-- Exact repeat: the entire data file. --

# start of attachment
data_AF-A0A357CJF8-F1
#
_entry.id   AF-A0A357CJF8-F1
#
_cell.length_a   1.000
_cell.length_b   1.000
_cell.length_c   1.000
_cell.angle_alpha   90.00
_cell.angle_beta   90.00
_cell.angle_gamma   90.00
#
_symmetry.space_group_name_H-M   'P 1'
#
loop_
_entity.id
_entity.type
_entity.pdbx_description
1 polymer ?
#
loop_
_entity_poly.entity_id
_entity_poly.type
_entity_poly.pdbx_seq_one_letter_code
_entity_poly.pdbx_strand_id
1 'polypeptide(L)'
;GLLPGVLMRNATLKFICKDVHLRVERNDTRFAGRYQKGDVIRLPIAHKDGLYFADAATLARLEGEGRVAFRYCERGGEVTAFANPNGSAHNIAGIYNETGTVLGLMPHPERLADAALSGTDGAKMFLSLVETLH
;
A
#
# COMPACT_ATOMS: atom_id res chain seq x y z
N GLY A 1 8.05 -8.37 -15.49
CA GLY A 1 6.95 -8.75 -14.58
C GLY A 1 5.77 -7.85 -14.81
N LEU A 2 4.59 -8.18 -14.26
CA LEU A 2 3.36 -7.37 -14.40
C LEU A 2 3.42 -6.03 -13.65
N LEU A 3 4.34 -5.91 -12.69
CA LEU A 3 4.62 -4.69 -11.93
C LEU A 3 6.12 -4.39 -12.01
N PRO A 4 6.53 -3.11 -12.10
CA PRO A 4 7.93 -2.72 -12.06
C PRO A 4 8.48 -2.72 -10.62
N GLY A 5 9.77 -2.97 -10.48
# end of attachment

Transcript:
data_AF-A0A357CJF8-F1
#
_entry.id   AF-A0A357CJF8-F1
#
_cell.length_a   1.000
_cell.length_b   1.000
_cell.length_c   1.000
_cell.angle_alpha   90.00
_cell.angle_beta   90.00
_cell.angle_gamma   90.00
#
_symmetry.space_group_name_H-M   'P 1'
#
loop_
_entity.id
_entity.type
_entity.pdbx_description
1 polymer ?
#
loop_
_entity_poly.entity_id
_entity_poly.type
_entity_poly.pdbx_seq_one_letter_code
_entity_poly.pdbx_strand_id
1 'polypeptide(L)'
;GLLPGVLMRNATLKFICKDVHLRVERNDTRFAGRYQKGDVIRLPIAHKDGLYFADAATLARLEGEGRVAFRYCERGGEVTAFANPNGSAHNIAGIYNETGTVLGLMPHPERLADAALSGTDGAKMFLSLVETLH
;
A
#
# COMPACT_ATOMS: atom_id res chain seq x y z
N GLY A 1 8.05 -8.37 -15.49
CA GLY A 1 6.95 -8.75 -14.58
C GLY A 1 5.77 -7.85 -14.81
N LEU A 2 4.59 -8.18 -14.26
CA LEU A 2 3.36 -7.37 -14.40
C LEU A 2 3.42 -6.03 -13.65
N LEU A 3 4.34 -5.91 -12.69
CA LEU A 3 4.62 -4.69 -11.93
C LEU A 3 6.12 -4.39 -12.01
N PRO A 4 6.53 -3.11 -12.10
CA PRO A 4 7.93 -2.72 -12.06
C PRO A 4 8.48 -2.72 -10.62
N GLY A 5 9.77 -2.97 -10.48